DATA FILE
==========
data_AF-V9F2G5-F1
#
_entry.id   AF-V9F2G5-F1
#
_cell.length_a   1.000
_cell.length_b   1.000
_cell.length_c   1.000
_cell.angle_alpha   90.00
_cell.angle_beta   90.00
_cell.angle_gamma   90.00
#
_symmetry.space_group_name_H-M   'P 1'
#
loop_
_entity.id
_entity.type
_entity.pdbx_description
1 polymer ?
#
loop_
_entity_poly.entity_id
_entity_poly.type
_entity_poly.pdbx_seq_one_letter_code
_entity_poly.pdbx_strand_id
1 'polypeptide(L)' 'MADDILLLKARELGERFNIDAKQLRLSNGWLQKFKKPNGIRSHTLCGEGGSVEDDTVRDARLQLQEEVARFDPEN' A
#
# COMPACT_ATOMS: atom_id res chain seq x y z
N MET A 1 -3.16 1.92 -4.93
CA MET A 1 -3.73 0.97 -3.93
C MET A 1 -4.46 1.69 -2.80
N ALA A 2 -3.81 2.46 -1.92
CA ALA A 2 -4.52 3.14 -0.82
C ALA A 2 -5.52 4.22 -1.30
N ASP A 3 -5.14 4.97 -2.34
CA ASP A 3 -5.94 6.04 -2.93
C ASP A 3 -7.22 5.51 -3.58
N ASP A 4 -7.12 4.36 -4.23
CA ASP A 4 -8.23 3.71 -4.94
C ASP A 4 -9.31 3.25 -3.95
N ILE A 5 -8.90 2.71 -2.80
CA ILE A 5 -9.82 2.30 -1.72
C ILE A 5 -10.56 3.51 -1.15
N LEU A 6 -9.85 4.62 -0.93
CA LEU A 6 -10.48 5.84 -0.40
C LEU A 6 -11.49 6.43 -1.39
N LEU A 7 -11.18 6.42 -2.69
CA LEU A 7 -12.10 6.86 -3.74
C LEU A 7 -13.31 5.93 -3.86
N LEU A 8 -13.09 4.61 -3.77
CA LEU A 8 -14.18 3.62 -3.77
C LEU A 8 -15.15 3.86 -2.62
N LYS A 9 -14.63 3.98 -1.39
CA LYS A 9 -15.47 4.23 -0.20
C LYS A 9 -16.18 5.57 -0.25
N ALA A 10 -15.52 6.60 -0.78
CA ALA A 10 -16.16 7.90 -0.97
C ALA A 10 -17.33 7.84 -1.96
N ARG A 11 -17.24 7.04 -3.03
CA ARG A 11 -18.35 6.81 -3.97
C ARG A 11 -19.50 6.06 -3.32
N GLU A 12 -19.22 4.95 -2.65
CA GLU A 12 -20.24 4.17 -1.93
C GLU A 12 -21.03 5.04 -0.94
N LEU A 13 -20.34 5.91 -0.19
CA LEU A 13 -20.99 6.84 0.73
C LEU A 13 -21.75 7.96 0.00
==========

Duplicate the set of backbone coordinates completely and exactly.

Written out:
data_AF-V9F2G5-F1
#
_entry.id   AF-V9F2G5-F1
#
_cell.length_a   1.000
_cell.length_b   1.000
_cell.length_c   1.000
_cell.angle_alpha   90.00
_cell.angle_beta   90.00
_cell.angle_gamma   90.00
#
_symmetry.space_group_name_H-M   'P 1'
#
loop_
_entity.id
_entity.type
_entity.pdbx_description
1 polymer ?
#
loop_
_entity_poly.entity_id
_entity_poly.type
_entity_poly.pdbx_seq_one_letter_code
_entity_poly.pdbx_strand_id
1 'polypeptide(L)' 'MADDILLLKARELGERFNIDAKQLRLSNGWLQKFKKPNGIRSHTLCGEGGSVEDDTVRDARLQLQEEVARFDPEN' A
#
# COMPACT_ATOMS: atom_id res chain seq x y z
N MET A 1 -3.16 1.92 -4.93
CA MET A 1 -3.73 0.97 -3.93
C MET A 1 -4.46 1.69 -2.80
N ALA A 2 -3.81 2.46 -1.92
CA ALA A 2 -4.52 3.14 -0.82
C ALA A 2 -5.52 4.22 -1.30
N ASP A 3 -5.14 4.97 -2.34
CA ASP A 3 -5.94 6.04 -2.93
C ASP A 3 -7.22 5.51 -3.58
N ASP A 4 -7.12 4.36 -4.23
CA ASP A 4 -8.23 3.71 -4.94
C ASP A 4 -9.31 3.25 -3.95
N ILE A 5 -8.90 2.71 -2.80
CA ILE A 5 -9.82 2.30 -1.72
C ILE A 5 -10.56 3.51 -1.15
N LEU A 6 -9.85 4.62 -0.93
CA LEU A 6 -10.48 5.84 -0.40
C LEU A 6 -11.49 6.43 -1.39
N LEU A 7 -11.18 6.42 -2.69
CA LEU A 7 -12.10 6.86 -3.74
C LEU A 7 -13.31 5.93 -3.86
N LEU A 8 -13.09 4.61 -3.77
CA LEU A 8 -14.18 3.62 -3.77
C LEU A 8 -15.15 3.86 -2.62
N LYS A 9 -14.63 3.98 -1.39
CA LYS A 9 -15.47 4.23 -0.20
C LYS A 9 -16.18 5.57 -0.25
N ALA A 10 -15.52 6.60 -0.78
CA ALA A 10 -16.16 7.90 -0.97
C ALA A 10 -17.33 7.84 -1.96
N ARG A 11 -17.24 7.04 -3.03
CA ARG A 11 -18.35 6.81 -3.97
C ARG A 11 -19.50 6.06 -3.32
N GLU A 12 -19.22 4.95 -2.65
CA GLU A 12 -20.24 4.17 -1.93
C GLU A 12 -21.03 5.04 -0.94
N LEU A 13 -20.34 5.91 -0.19
CA LEU A 13 -20.99 6.84 0.73
C LEU A 13 -21.75 7.96 0.00